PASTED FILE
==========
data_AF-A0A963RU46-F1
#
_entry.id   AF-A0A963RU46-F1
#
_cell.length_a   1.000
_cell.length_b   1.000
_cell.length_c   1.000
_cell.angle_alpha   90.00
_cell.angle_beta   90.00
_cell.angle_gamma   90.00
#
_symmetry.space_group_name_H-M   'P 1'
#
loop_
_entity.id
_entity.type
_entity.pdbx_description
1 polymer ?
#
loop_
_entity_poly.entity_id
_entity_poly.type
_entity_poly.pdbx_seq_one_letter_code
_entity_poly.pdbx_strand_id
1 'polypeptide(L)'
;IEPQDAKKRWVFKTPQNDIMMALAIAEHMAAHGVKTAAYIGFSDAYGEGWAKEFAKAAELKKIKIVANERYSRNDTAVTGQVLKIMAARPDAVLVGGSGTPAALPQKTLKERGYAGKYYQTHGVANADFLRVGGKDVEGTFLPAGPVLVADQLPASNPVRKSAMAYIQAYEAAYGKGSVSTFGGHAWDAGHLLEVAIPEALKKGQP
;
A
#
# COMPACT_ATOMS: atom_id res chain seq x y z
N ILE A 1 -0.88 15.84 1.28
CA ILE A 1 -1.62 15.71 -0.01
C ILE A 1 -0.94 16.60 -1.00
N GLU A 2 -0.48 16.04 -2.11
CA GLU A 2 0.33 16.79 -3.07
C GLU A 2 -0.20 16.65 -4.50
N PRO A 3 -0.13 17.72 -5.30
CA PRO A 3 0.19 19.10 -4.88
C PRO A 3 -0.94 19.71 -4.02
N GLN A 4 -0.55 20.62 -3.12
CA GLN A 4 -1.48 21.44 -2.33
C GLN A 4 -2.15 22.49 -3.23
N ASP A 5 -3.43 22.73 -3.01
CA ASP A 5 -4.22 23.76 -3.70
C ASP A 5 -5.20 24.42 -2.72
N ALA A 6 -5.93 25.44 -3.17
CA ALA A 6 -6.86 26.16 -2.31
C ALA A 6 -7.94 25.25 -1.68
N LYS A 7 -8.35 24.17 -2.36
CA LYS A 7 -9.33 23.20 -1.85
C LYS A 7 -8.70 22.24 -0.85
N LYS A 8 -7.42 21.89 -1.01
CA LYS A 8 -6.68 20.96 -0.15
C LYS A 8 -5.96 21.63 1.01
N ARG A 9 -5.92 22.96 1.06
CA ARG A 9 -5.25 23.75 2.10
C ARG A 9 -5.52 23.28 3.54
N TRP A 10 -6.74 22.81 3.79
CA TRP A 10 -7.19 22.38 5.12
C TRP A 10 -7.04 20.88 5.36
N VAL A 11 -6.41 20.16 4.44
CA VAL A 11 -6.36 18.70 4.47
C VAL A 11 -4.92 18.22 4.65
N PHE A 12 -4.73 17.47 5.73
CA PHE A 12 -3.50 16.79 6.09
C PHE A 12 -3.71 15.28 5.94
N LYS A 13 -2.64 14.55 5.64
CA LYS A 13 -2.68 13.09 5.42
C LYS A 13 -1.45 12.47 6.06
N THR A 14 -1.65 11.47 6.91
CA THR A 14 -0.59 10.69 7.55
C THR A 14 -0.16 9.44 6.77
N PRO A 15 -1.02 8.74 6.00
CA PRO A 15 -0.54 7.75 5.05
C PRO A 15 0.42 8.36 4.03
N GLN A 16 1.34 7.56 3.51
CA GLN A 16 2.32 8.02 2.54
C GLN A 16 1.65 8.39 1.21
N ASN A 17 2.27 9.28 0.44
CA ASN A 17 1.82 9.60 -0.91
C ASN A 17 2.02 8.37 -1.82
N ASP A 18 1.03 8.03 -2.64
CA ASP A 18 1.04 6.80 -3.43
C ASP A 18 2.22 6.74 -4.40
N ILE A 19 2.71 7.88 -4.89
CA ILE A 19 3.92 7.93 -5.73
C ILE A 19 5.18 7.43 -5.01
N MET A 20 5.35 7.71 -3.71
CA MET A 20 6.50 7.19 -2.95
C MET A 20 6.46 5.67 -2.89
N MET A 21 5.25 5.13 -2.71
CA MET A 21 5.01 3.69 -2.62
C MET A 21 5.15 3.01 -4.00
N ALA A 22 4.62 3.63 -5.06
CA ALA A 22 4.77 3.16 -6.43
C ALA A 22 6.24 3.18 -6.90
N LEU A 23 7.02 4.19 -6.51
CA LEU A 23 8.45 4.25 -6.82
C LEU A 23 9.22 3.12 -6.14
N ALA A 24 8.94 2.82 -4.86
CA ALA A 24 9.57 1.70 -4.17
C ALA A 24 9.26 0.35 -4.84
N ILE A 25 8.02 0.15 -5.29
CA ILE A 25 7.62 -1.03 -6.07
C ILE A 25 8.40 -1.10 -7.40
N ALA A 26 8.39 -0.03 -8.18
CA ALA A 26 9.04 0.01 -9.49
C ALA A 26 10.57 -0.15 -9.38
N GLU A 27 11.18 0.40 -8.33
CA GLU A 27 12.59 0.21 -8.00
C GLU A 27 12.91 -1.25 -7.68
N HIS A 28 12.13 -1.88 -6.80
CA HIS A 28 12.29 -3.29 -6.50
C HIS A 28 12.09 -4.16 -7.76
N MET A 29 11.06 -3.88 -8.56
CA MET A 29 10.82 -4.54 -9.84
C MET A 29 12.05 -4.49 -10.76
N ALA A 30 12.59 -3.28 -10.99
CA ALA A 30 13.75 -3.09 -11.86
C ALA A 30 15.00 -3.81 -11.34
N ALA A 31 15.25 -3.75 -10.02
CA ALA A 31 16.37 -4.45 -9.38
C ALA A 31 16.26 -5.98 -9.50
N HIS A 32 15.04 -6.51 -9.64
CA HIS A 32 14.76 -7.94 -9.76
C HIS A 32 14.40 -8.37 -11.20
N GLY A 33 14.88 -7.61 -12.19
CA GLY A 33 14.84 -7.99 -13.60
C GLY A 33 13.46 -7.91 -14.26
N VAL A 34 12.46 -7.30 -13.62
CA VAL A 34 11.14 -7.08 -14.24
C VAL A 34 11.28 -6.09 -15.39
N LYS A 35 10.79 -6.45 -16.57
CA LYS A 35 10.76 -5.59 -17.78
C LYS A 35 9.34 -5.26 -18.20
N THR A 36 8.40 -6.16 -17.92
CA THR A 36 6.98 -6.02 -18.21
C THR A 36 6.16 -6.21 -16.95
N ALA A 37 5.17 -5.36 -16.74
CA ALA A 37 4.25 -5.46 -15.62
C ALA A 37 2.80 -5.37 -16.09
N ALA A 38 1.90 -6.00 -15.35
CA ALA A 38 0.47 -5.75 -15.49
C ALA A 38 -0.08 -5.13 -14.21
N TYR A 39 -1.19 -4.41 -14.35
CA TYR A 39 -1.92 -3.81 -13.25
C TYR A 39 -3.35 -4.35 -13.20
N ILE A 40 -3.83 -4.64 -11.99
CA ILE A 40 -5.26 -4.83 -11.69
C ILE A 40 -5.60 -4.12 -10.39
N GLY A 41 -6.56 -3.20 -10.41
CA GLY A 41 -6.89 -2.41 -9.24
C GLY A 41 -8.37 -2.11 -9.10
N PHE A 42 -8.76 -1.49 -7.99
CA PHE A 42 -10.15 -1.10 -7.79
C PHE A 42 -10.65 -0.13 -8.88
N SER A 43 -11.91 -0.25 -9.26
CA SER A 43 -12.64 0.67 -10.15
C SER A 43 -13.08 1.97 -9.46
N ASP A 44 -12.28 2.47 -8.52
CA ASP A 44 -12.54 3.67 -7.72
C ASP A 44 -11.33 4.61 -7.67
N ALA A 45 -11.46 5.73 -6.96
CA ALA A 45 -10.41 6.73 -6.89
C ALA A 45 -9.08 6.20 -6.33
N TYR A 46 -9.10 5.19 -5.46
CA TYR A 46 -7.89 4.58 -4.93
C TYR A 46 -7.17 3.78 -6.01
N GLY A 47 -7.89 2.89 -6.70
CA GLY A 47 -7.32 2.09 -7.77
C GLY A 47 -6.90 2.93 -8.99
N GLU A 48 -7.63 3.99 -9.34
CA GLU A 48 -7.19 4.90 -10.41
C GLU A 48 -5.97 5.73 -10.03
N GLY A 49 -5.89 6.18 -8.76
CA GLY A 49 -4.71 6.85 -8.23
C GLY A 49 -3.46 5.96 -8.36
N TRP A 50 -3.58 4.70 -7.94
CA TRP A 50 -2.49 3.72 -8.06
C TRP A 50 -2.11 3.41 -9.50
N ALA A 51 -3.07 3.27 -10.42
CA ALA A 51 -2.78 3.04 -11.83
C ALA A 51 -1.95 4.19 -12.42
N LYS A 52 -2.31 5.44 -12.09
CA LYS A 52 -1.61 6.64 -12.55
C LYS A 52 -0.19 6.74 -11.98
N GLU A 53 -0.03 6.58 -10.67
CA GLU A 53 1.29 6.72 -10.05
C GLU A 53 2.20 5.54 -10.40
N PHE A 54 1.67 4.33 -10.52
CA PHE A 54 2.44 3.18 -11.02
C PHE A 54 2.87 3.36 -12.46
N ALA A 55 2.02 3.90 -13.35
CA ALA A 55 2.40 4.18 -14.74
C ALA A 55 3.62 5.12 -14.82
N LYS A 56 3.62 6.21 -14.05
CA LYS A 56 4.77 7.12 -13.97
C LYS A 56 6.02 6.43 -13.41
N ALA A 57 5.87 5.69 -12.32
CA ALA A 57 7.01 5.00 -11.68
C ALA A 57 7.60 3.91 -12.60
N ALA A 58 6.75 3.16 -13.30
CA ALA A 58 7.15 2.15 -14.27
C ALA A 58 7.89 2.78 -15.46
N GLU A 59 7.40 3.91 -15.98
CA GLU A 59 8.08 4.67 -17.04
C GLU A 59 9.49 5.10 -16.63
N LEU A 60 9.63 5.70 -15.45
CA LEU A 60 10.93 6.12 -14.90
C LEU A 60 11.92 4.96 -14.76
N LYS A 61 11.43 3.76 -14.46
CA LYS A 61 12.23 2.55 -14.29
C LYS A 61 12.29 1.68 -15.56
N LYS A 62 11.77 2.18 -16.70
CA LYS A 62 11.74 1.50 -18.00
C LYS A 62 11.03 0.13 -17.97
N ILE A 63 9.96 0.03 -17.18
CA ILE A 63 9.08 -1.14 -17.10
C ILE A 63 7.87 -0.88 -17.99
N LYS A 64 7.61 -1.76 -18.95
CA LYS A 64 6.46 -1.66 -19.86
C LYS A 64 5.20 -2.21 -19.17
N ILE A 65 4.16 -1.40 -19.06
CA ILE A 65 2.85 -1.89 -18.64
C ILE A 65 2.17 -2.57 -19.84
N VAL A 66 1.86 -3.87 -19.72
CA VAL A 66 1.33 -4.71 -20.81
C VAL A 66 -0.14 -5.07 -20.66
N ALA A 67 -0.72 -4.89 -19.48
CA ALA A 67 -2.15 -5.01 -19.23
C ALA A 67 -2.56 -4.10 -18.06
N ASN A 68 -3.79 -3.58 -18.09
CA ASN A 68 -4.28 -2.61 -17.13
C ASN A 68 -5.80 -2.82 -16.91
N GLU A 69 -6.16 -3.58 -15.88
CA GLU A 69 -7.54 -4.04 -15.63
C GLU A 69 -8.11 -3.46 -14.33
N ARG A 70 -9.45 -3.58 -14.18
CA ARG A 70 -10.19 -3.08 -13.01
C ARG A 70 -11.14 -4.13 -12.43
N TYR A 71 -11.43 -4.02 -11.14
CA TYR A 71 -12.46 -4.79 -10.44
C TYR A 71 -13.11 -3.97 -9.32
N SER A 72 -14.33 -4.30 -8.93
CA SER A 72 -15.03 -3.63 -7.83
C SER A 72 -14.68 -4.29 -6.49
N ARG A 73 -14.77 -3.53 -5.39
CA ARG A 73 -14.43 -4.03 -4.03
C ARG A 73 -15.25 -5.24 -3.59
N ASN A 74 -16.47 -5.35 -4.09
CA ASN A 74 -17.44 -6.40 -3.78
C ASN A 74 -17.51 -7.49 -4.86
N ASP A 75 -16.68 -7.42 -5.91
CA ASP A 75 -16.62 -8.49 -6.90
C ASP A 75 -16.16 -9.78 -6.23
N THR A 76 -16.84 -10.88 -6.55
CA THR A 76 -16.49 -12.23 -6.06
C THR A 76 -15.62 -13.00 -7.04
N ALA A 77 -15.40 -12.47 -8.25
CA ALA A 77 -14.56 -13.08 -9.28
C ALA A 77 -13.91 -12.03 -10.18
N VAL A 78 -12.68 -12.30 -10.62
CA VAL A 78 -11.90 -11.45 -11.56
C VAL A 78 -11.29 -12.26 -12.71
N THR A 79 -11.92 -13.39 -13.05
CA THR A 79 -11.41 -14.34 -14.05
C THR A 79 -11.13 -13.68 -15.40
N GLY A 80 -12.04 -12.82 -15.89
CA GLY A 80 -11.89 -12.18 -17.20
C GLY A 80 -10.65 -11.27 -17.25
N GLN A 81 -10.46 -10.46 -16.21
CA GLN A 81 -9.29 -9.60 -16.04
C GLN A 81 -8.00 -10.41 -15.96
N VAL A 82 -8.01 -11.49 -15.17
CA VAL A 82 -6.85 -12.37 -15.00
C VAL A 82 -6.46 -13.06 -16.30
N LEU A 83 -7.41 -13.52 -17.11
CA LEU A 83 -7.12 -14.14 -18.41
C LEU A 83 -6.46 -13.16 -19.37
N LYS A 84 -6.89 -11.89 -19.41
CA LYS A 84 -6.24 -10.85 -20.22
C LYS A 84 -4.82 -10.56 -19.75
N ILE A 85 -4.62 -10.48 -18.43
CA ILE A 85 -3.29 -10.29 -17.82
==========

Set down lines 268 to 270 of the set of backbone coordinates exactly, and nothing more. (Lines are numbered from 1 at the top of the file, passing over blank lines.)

N GLY A 80 -12.04 -12.82 -15.89
CA GLY A 80 -11.89 -12.18 -17.20
C GLY A 80 -10.65 -11.27 -17.25